Did you know that there is not just one fixed way to pay VAT? The government has created various schemes via which you can potentially save money on VAT. This week, we will have a look into what they involve and how you might be able to benefit.
Standard VAT Accounting
Most businesses submit returns and pay VAT on a quarterly basis. These returns record income and expenses, VAT owed you owe HMRC, VAT you are owed, and your VAT refund amount. Furthermore, there is now a requirement to keep records digitally and provide VAT return information to HMRC through MTD compatible software.
On your VAT return, there are 9 boxes, with fields recording VAT due on sales, VAT to claim back on purchases, net VAT payable/repayable to/from HMRC, total sales and purchases, total amount of goods sold/purchased to/from customers/suppliers in other EU Countries.
Flat Rate Scheme
With a Flat Rate VAT Scheme, you pay a lower fixed VAT rate from 4- to HMRC, usually dependent on your commercial sector. You still charge 20% VAT to your customers, however, and can save the difference as a result. Unfortunately, you cannot reclaim VAT on purchases, so is generally only useful to companies with low levels of purchases. If your purchases make up less than 2% of your turnover or £1,000 per year (a so-called ‘limited cost business’), the government essentially nullifies the benefit by putting a rate of 16.5% on.
Annual Accounting Scheme
While most businesses submit 4 tax returns per year, if you are on an Annual Accounting VAT scheme, you only pay once per year. You also make advance VAT payments on the basis of your previous return. At the end of the year, you either make a payment of the balance or can claim a repayment if you have overpaid.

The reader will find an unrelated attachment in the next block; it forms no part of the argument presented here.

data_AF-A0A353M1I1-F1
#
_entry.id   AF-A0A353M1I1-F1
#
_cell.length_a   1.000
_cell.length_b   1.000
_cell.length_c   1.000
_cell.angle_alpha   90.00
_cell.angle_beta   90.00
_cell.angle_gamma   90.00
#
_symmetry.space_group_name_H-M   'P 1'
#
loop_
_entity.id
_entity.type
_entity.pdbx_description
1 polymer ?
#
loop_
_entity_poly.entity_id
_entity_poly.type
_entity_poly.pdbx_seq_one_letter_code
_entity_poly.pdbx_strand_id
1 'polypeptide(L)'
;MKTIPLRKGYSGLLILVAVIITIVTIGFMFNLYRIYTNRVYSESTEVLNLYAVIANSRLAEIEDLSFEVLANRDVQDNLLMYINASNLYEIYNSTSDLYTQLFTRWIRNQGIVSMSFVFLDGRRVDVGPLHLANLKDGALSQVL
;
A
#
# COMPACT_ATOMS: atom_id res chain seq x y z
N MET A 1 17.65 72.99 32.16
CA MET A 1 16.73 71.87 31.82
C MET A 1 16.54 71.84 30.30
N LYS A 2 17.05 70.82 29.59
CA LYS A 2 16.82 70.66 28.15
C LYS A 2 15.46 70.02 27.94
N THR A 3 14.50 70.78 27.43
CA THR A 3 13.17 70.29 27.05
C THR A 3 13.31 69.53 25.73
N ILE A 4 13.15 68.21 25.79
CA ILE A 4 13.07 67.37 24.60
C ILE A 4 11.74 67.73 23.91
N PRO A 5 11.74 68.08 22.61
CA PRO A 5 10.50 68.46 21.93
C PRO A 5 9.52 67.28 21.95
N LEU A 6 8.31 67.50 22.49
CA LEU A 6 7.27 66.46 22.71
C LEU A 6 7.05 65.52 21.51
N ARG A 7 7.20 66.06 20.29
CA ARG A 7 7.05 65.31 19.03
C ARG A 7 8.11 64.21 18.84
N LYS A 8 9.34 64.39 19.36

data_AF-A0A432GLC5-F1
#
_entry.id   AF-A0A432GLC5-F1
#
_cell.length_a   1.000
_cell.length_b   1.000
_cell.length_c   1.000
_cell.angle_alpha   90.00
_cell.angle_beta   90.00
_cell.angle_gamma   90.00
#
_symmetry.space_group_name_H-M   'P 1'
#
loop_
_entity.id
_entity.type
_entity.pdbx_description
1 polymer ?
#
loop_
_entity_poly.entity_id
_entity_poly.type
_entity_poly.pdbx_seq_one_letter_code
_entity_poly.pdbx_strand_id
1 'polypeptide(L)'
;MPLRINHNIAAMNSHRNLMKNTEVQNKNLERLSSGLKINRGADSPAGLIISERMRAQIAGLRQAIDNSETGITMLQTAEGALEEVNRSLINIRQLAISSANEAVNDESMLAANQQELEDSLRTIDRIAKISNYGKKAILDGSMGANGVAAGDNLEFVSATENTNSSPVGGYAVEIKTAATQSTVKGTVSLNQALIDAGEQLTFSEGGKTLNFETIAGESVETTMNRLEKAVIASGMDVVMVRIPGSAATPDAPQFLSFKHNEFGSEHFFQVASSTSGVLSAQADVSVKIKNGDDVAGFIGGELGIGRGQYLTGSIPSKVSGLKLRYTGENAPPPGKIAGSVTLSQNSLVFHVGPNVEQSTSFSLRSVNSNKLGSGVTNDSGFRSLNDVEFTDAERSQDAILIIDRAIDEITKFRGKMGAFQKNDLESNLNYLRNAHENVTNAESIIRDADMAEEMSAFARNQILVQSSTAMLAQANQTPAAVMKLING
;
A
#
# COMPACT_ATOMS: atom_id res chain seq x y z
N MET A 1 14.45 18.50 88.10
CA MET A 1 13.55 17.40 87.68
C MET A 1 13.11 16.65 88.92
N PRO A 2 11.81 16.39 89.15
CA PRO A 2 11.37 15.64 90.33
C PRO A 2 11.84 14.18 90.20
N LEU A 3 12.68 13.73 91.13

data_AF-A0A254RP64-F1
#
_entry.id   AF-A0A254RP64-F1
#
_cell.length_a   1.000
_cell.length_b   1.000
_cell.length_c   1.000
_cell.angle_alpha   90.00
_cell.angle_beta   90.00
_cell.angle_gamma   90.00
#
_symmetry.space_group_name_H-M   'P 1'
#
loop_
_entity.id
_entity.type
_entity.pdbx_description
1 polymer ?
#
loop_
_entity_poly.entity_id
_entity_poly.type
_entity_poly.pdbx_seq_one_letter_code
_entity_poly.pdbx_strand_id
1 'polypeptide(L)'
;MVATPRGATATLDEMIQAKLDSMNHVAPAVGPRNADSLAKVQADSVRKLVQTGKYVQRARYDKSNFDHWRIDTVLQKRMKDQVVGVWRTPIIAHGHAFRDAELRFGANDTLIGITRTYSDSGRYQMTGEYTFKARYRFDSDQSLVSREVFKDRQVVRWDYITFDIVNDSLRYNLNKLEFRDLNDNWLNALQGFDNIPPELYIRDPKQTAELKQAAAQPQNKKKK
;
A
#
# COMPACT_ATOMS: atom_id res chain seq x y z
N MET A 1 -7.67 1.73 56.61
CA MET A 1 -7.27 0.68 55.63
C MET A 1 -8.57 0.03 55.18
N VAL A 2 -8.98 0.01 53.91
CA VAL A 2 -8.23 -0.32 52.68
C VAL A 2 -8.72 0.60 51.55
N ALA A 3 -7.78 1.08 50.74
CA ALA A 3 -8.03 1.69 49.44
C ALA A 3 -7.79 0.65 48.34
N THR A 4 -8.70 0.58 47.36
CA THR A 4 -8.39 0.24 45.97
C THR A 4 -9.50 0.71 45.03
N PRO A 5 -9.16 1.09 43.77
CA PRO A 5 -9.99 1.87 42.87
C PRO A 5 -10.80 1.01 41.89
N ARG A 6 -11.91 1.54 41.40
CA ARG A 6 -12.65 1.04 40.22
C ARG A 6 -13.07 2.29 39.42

As a result, there is less bureaucracy when you only have to submit a VAT return once per year, but you may end up with a large VAT bill at the end of the year if you do not plan carefully.
Cash Accounting Scheme
With this VAT scheme, you pay VAT on your sales when your customers pay you and reclaim the VAT on your purchases when you have paid your supplier. This means that you are not paying VAT for sales that have been invoiced but not paid which can help your cashflow.
This scheme is for VAT registered businesses with £1.35 million or less anticipated turnover over the next 12 months.
Other VAT schemes exist, such as Margin Schemes where you pay VAT on the price you bought an item for, and Retail Schemes, which can make calculating your VAT simpler, and the Capital Goods Scheme if you reclaim VAT on capital items like expensive land, property or computer equipment.
If you would like any clarification or further information on how you could benefit from a different VAT scheme, please contact us.